sick and tired of dialogue and/or afraid of the ?’s required by all forms
of complex reasoning. Green will not grow tall enough because its ?’s are
not tolerated and therefore its thought-loops have no elbow room to break
the barriers into second tier.
The way to get rid
of the trickster-monster in a particular game is to learn from it so that
we can quit playing that game and find a more successful one. We can’t
get out of the game if we keep using the same language. Language sustains
cultures. It occurs to me that dropping stage references in our interactions
is crucial. More integral, developmental, and applicable across all stages
would be to use terms to describe how we experience things in ourselves
and others, for example: open, closed, and/or confused. This would change
our culture by requiring us to communicate, inquire, reflect back, and
be transparent. And it would leave no basis for damning judgments because
all of us are in those three dynamics at various times. However we language
a new culture, several integral practices should be at the minimum, requisite,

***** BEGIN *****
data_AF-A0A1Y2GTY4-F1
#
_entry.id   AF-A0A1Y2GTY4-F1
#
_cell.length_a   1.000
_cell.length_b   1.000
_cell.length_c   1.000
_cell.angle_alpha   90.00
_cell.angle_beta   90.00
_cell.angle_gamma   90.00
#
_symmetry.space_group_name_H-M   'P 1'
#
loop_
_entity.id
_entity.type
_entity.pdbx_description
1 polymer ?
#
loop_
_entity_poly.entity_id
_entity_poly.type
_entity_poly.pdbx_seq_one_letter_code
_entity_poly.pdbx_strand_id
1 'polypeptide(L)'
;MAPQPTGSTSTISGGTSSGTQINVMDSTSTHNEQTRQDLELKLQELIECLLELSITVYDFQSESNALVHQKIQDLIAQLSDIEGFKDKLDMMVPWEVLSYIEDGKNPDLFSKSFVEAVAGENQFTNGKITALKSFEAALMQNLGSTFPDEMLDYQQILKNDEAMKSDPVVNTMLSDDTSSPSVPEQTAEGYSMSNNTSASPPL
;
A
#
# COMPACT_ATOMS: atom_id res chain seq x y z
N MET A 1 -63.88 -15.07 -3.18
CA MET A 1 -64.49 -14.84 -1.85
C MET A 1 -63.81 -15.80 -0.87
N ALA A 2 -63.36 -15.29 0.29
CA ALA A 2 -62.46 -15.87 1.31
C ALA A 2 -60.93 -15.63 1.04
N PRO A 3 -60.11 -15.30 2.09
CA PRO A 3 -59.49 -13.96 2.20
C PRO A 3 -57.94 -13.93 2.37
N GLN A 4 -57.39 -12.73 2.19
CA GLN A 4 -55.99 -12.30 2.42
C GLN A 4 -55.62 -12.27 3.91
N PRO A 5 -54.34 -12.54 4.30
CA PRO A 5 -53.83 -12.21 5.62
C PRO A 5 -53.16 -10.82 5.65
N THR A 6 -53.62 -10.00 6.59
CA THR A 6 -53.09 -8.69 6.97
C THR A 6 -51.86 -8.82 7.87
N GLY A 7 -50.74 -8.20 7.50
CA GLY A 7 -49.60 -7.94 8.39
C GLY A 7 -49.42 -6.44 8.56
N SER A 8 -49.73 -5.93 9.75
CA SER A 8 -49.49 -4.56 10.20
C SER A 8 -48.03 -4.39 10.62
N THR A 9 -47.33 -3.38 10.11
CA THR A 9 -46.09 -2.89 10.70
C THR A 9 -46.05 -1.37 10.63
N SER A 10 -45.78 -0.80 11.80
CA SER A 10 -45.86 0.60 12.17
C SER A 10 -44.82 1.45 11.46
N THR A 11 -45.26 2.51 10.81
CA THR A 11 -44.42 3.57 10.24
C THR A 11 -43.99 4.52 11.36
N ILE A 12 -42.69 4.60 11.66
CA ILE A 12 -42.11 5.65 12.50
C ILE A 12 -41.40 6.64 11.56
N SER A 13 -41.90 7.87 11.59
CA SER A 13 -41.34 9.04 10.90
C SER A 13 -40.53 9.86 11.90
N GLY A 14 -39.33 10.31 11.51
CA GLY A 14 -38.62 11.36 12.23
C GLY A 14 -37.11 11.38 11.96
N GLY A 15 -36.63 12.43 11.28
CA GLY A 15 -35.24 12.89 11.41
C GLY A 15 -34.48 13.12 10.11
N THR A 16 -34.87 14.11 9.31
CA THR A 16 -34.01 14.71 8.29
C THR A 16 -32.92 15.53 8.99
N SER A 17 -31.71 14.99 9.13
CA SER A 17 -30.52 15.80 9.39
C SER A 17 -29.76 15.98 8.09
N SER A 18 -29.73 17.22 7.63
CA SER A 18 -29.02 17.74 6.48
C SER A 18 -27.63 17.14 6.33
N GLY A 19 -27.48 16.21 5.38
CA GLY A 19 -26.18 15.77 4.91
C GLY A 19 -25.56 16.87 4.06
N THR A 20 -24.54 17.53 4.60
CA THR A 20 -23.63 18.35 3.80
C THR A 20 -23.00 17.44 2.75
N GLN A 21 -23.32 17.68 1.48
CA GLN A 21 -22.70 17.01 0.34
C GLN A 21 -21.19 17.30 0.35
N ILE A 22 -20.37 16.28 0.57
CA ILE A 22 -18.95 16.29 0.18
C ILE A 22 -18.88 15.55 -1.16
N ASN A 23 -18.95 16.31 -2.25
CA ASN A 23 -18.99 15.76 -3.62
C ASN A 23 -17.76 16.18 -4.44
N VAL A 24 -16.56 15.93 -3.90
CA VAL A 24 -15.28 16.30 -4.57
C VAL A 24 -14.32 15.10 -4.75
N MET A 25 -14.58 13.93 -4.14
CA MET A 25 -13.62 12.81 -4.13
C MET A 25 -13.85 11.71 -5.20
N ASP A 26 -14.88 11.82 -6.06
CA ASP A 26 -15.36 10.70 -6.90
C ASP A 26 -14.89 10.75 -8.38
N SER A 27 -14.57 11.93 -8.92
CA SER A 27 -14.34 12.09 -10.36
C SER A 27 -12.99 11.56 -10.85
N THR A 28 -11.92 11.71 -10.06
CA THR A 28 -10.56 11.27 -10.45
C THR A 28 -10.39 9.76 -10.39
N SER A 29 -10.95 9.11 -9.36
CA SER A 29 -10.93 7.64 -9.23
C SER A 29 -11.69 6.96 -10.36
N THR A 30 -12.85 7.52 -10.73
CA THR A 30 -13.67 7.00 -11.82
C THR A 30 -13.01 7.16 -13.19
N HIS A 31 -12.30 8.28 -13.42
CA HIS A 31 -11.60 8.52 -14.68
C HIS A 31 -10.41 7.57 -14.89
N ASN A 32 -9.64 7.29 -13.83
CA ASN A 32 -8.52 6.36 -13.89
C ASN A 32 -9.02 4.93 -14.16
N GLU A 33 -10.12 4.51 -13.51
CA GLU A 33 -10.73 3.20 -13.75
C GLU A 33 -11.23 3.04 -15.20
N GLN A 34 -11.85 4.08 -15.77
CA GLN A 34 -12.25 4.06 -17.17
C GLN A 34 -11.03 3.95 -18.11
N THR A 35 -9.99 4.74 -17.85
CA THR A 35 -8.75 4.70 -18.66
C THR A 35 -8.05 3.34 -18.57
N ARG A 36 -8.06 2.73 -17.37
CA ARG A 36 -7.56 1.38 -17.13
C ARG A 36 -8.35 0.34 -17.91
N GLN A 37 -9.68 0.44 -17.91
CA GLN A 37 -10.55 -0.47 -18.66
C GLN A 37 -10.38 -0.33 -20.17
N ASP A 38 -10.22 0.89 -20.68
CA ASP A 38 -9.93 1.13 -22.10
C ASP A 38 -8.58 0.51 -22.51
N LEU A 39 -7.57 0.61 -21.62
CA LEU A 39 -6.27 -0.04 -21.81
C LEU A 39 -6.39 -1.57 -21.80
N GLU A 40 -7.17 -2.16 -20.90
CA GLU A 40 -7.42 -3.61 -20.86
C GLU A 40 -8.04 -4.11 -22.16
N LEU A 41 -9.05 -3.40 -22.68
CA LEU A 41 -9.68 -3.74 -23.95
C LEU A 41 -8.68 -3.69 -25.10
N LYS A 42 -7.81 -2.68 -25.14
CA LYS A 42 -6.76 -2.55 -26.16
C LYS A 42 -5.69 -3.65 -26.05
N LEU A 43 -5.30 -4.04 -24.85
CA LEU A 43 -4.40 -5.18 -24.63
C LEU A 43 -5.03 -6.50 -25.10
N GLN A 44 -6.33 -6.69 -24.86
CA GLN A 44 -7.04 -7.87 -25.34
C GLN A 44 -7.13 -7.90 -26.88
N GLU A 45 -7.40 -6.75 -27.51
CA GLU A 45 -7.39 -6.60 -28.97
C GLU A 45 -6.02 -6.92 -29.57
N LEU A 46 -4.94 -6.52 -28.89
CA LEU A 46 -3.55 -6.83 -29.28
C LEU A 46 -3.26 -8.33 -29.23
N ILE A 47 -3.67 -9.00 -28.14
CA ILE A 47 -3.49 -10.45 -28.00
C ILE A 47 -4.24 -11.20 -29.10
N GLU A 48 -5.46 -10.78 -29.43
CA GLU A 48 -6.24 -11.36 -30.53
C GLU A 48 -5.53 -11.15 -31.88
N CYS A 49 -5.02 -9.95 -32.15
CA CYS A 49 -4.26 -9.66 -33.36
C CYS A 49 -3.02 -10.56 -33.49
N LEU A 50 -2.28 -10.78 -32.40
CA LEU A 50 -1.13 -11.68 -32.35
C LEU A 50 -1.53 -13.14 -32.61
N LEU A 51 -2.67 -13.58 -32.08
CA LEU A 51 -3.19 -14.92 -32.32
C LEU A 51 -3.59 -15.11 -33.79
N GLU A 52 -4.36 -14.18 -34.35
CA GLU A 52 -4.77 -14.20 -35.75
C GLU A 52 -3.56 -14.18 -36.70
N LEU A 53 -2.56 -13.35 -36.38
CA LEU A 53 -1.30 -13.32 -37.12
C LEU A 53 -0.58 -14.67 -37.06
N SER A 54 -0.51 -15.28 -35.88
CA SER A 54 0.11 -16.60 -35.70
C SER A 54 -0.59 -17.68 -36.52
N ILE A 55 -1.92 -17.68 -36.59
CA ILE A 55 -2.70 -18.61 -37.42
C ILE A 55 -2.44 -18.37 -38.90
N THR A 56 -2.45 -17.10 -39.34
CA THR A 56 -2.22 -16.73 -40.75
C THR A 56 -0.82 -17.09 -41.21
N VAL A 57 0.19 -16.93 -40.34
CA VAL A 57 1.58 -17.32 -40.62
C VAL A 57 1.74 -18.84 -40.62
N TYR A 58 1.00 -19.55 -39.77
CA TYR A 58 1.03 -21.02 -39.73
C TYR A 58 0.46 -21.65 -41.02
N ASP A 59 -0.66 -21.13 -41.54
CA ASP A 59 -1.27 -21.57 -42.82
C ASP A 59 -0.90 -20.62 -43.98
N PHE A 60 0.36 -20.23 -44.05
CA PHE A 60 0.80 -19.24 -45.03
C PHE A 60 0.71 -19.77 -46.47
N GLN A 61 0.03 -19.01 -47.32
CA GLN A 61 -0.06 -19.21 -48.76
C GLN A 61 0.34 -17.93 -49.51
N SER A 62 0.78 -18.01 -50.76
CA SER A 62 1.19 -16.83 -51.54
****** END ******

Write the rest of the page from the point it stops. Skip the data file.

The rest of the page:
integrated core of any new game, and they are discussed next.
and healthy development
Yes, life’s day-to-day
occurrences tend to foster development in us all by themselves, at least
for most of the more fortunate members of the human race, like us in this
community. If we want to be more proactive about it so we can more effectively
foster development in others, we should consider all these practices (and
more, some of which need to be developed). Each of these are most
effective done intersubjectively, especially while developing proficiency,
before used alone. Yes, that means with others, and yes, that means dialogically
J. Each is different and all are productive, enlightening, and deepening
approaches that can help us develop and make life more evolutionary. With
a foundation established on sure ground and sustained practice over time,
eventually some of these can become such a way of “doing life” you might
no longer consider them “practices” at all. And you may even find yourself
attracted to teaching them to others (hint).
The In the midst
of confusion section gave a flavor of self-reflective awareness and what